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Four Awesome File Sharing Alternatives to Dropbox

Four Awesome File Sharing Alternatives to Dropbox

Data is big business. Thousands of businesses and individuals around the globe generate tons of data that need to be shared, analyzed, and stored on a daily basis. As an illustration, Dropbox, one of the major players in the file-sharing arena, recorded over 500 million users in March 2016 up from 400 million in June last year.

Dropbox isn’t the only kid on the block, though. There are tens of other cloud-based file sharing applications that offer file sharing and data storage services, usually at a fraction of the price offered by Dropbox. If you are a Dropbox user feeling boxed-in and in the mood for a little exploration, check out these alternatives for everyday online file sharing.

1. JumboMail

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jumbomail

    When it comes to up-and-coming cloud based file sharing services with growth potential, JumboMail is at the top of the list. What makes JumboMail stand out from all other file sharing services is its unique download page, which has an online media. This rich media gallery lets users view all types of files (audio, images, documents) online before choosing to download them, making the service especially useful for professionals such as photographers, graphic designers, musicians, etc.

    Jumbomail allows you to send emails with attachments of up to 20 GB from a simple web interface. You also get to send 5 GB free, an improvement from the 2 GB you get with Dropbox and many other providers. Other features include password protection for file transfers, uploading entire folders, and long-term storage options.

    Besides free transfer up to 5 GB, users can purchase one-time upload codes or a subscription plan. Plans start from $12 per month for the basic package and go up to $20 per month for the business plan.

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    2. SpiderOak

    spideroak

      Remember the Dropbox security breach that resulted in millions of user accounts with no password authentication? Even after fixing the glitch, the breach ate into the trust many users had in the company. SpiderOak, Edward Snowden’s file sharing service of choice, boasts of one of the most robust encryption protocols of any cloud storage service. This service pays utmost attention to password and data encryption, ensuring privacy over end-to-end connections.

      Like Dropbox, you get 2 GB of free space when signing up and 7 GB, 1 TB, and 5 TB in the premium plans for $7, $12, and $25 respectively per month.

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      3. Box

      box

        Box is another cool cloud-based solution for sharing and sending large files. You can use Box as an online application or download it for use on your PC, Mac, iOS, Android, or Windows device. You can also integrate Box on your specific version of Microsoft Office to edit and share files without ever leaving the comfort of your Office interface. With Box, you get the very best in cross-platform synchronization.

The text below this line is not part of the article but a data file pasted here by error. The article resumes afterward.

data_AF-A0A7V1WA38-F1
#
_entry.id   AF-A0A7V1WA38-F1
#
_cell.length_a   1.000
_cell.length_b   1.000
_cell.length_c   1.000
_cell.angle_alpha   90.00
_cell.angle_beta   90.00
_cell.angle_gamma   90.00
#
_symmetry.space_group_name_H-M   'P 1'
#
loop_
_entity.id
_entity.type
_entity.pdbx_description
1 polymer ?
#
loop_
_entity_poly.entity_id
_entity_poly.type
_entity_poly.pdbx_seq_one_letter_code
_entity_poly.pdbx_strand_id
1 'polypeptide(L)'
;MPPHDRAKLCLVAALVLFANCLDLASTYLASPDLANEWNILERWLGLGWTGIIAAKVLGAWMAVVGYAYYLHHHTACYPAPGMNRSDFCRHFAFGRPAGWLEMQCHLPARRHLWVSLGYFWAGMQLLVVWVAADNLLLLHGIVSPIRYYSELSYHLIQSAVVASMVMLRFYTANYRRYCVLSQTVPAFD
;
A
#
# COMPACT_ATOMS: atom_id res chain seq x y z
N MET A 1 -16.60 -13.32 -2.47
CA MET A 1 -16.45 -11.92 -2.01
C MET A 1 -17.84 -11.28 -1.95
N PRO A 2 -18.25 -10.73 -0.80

On the downside, Box limits file sizes on individual uploads to 250 MB. Still, Box has grown in popularity over the past few years because of its easy file management and sharing features.

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        Users get 10 GB of storage upon signing up and 100 GB for $6 per month and unlimited storage for $17 per month.

        4. BitTorrent Sync

        bittorrent

          If you thought BitTorrent was only good for torrents, think again. BitTorrent Sync is a peer-to-peer file sharing application that allows you to sync your files across multiple devices. This means your files don’t get stored on an external server, making it one of the safest alternatives to Dropbox and other cloud-based solutions. File sharing is heavily encrypted for when you need to push your files between different devices.

          Conclusion

          Affordable web hosting plans have promoted the growth of file sharing services on the internet, with new ones popping up every so often. Privacy and information security are key considerations when looking to share your files over the cloud. Dropbox has since upgraded its security infrastructure, but the security loophole provided a glimpse into the security and privacy issues that come with cloud-based services. These Dropbox alternatives are far from perfect, but offer users options for file sharing across different platforms. If you are looking to get into the file sharing business, be sure to check out these factors to consider before choosing a web hosting company for your server needs.

          Featured photo credit: peoplecreations / Freepik via freepik.com

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          Last Updated on May 14, 2019

          8 Replacements for Google Notebook